Taking Control of the Heart

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“If you do well, will you not be accepted?  And if you do not well, sin is crouching at the door.  Its desire is for you, but you must rule over it.”  Genesis 4:7

Maybe I think about things too much.  Maybe I don’t.  I wonder if it isn’t a good thing to really think about, to really take time and dwell on and meditate on what we read in God’s Word.  I wonder if You God would really like us to just sit down and think about You and these people we read about and the reality of their everyday lives and what could have possibly been going through their minds.  I wonder if we should accept facts as facts, those things that You tell us outright.  And I wonder if we should realize when we’re speculating and accept that as speculation and be alright with saying, “Well, this could have been, but I wasn’t there so I don’t know for sure.”  Because that’s what the truth is.  The truth is that we don’t know all the facts.  But we can get everything we need to by the truth that You share.

So I’ve been looking into this true story about Cain and Abel.  And I had this idea that I would look into what the Jewish Rabbis had to say about it.  I mean, after all, Paul says that the “Jews were entrusted with the oracles of God.”  So it would make sense that there are some things that they have had passed down and studied longer than us newbies to the Word.  And there’s this part in the story that says that You respected Abel’s sacrifice but would not respect Cain’s.  I really wanted to know what the traditional low down was on that, and what was traditionally said about that.

But maybe I’m getting ahead of myself.  Let me relate the story found in Genesis 4.  “In the course of time Cain brought to the Lord an offering of the fruit of the ground, and Abel also brought of the firstborn of his flock and of their fat portions.  And the Lord had regard for Abel and his offering, but for Cain and his offering He had no regard.  So Cain was very angry, and his face fell.  The Lord said to Cain, ‘Why are you angry, and why has your face fallen?  If you do well, will you not be accepted?  And if you do not do well, sin is crouching at the door.  Its desire is for you, but you must rule over it.’  Cain spoke to Abel his brother.  And when they were in the field, Cain rose up against his brother Abel and killed him.  Then the Lord said to Cain, ‘Where is Able your brother?’ He said, ‘I do not know; am I my brother’s keeper?’  And the Lord said, ‘What have you done?  The voice of your brother’s blood is crying to me from the ground.'”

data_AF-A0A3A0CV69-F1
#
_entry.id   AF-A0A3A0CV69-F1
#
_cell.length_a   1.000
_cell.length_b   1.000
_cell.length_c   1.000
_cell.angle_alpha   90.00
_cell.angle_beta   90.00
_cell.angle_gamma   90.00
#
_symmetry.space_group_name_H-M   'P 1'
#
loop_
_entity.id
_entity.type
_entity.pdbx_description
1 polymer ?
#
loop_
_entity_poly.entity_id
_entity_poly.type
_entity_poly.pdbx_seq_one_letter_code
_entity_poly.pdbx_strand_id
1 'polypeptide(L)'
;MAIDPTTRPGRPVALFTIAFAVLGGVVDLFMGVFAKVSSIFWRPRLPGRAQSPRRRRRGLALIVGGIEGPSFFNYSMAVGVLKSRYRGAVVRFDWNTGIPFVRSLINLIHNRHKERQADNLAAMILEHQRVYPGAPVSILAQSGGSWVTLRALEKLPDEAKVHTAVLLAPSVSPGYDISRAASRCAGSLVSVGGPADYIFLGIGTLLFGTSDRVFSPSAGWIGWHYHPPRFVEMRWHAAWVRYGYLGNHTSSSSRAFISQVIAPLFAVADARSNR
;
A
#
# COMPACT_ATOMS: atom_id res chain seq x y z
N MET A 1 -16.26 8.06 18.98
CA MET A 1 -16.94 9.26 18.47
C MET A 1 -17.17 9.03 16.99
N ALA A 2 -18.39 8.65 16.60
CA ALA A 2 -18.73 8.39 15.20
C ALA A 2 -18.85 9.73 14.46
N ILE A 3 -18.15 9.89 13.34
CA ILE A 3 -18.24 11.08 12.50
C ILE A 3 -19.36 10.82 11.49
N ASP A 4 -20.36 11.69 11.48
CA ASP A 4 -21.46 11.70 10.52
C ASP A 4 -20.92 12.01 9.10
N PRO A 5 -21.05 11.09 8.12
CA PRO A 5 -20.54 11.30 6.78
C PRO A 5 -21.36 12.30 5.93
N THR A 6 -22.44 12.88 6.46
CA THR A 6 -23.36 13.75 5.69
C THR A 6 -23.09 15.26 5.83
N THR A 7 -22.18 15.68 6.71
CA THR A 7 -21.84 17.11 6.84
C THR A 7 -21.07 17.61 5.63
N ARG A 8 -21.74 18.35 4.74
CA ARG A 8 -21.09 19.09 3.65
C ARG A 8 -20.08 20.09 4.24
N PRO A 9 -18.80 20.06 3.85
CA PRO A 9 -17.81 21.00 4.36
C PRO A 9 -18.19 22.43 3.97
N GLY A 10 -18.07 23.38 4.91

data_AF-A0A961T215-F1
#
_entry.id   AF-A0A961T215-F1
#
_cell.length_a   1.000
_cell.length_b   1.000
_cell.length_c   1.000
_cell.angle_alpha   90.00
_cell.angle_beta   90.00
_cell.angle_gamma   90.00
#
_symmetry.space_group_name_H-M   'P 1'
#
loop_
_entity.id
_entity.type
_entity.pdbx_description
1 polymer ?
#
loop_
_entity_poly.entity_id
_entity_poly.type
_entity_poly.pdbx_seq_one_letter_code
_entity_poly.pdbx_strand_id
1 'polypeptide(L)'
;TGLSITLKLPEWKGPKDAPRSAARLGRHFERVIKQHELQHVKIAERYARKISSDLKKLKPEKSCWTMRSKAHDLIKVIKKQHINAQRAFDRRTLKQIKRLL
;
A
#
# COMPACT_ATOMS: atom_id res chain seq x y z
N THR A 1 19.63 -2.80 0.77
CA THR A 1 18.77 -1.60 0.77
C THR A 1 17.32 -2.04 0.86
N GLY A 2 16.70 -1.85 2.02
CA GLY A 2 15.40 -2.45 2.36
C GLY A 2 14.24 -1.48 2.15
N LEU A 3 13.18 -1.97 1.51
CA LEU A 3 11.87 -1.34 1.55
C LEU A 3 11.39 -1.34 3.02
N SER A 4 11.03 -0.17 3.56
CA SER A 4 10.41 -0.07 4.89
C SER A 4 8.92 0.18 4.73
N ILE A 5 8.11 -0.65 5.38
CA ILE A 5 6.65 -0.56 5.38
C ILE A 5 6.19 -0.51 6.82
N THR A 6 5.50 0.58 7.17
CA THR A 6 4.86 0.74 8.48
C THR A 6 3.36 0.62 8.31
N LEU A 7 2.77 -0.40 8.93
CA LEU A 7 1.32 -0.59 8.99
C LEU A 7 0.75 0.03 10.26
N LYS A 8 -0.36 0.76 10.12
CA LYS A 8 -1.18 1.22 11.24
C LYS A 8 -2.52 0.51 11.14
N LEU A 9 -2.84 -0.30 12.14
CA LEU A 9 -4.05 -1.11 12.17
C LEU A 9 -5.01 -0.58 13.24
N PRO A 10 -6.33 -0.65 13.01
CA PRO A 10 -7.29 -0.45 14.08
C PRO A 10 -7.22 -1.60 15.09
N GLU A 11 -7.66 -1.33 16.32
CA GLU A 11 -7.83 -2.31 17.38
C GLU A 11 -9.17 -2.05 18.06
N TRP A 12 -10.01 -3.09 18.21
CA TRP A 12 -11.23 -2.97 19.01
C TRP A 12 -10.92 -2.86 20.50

Wow!  That’s a sad story.  But let’s think about it.  Now sometimes we speculate that starting with Adam and Eve and the first sacrifice that God performed to clothe them, that You established the expectation of a blood sacrifice to atone for sin, you know, looking forward to Christ.  But as I read Scripture, I don’t see that as more than speculation.   I know that was established with Moses in Deuteronomy but I can’t say it was established for a fact here.  I can’t say that the lack of blood was the problem here.  Maybe.  But maybe not.  The Rabbis, who are familiar with the blood sacrifice system don’t mention it either.  But there are some things I know for sure here.  One day, Cain decided to bring an offering to You.  He selected from the ordinary fruit of the ground, from his ordinary work that he did.  I also know that Abel decided to do the same, only he selected from the firstborn of his work, and of that portion, he selected the fattest, the best of the best.

Now, from looking at the evidence of the story, I want to make this educated guess- Cain did not respect or regard You God, rightly.  It’s not the matter of blood or not blood maybe.  Maybe it’s the matter of the heart and how we feel about God and how that is demonstrated by our actions and what we give back to You.  Maybe Cain was going through the motions, doing what he thought would appease You, or looking for a pat on the back.  I say that because I wonder why he wasn’t disappointed about Your disappointment in the gift?  If he was more concerned with You, wouldn’t he still want to please You?

But where was Abel’s heart?  Was he caring about delighting God’s heart?  Would he be willing to part with the best of the best to show You how much he valued You?